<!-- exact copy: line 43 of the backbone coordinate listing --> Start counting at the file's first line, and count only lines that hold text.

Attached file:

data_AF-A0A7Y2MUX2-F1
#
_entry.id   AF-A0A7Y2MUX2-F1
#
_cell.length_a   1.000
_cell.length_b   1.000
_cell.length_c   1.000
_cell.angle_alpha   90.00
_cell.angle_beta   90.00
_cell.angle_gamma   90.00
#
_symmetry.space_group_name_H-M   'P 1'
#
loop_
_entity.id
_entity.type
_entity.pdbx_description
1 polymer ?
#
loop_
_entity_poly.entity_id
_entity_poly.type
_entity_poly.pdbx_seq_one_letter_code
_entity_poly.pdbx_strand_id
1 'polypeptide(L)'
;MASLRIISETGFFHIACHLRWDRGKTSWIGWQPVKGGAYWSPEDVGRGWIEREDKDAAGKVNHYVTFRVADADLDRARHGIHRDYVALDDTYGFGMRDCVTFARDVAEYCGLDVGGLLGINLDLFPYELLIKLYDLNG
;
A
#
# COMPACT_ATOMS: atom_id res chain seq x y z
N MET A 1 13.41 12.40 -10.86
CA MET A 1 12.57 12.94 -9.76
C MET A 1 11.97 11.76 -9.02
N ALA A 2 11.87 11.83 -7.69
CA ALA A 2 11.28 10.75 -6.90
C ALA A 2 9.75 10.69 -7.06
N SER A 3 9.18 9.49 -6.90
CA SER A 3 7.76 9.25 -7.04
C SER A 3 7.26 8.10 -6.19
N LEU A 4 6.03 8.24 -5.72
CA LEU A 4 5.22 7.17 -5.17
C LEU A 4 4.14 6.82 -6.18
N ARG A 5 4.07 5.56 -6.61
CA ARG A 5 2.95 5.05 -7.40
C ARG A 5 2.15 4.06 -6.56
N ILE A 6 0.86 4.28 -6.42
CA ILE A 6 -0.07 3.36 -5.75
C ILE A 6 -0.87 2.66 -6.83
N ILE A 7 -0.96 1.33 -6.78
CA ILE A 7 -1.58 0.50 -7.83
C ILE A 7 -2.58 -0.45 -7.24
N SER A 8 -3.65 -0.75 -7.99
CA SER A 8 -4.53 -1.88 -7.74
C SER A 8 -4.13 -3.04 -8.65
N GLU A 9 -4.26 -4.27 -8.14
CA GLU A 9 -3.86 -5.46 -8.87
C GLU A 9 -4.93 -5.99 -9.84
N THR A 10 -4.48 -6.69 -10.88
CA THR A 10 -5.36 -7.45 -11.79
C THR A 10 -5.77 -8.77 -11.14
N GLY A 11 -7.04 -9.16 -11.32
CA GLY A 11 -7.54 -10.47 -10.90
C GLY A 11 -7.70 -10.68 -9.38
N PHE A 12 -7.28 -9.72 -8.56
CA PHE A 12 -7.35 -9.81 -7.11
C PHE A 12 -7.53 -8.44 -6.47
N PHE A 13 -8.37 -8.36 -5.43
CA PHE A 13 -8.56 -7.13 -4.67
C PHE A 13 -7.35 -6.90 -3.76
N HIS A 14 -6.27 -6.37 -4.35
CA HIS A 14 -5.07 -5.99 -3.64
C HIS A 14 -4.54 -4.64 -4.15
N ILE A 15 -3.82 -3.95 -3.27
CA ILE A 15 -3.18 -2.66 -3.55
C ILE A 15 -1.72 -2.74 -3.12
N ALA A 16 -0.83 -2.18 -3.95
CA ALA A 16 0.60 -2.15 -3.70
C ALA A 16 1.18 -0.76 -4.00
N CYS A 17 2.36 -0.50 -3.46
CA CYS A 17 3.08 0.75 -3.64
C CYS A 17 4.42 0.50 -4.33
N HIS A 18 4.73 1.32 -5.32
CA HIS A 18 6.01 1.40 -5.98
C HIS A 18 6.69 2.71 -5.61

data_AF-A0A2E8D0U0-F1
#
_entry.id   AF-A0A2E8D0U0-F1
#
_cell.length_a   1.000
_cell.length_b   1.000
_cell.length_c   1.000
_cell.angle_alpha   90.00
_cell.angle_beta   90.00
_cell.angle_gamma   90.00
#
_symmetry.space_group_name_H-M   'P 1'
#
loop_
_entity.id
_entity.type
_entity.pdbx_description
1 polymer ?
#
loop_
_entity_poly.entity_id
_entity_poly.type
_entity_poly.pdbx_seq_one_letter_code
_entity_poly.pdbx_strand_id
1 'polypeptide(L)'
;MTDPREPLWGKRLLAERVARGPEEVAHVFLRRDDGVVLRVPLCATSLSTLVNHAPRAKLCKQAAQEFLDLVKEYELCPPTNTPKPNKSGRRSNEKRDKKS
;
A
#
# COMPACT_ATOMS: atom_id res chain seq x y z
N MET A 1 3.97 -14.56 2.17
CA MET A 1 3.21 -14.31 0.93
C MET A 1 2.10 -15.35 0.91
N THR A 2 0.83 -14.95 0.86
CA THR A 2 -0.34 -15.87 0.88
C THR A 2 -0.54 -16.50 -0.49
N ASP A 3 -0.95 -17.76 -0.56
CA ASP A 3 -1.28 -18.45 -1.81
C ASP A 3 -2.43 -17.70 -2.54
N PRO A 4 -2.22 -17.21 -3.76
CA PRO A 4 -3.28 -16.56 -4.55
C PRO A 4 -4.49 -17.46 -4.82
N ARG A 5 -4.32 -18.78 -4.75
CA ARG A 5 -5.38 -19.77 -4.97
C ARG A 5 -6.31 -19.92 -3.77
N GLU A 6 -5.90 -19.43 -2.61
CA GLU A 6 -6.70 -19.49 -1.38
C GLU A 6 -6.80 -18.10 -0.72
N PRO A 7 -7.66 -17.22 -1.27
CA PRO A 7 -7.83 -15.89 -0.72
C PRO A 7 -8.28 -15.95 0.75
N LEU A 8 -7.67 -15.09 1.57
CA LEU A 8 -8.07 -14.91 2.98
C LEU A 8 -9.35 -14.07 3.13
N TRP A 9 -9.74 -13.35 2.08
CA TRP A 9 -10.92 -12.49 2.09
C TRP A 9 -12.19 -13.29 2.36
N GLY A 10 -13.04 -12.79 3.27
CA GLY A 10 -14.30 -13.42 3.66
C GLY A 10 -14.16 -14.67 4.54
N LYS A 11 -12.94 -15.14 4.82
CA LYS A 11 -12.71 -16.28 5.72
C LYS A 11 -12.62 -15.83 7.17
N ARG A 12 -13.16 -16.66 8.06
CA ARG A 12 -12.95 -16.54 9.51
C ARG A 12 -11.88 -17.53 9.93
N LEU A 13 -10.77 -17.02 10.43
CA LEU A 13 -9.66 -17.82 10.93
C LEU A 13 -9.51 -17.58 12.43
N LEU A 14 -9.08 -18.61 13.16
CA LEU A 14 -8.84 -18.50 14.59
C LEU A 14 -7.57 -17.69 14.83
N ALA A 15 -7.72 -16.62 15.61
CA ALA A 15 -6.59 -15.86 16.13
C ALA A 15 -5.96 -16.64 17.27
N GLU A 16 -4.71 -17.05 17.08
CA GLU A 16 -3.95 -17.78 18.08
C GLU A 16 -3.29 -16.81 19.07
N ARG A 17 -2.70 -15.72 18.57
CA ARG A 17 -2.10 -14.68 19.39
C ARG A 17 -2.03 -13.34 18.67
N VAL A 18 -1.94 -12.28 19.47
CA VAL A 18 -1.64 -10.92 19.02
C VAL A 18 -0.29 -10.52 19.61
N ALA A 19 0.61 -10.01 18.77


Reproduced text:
N ARG A 5 4.07 5.56 -6.61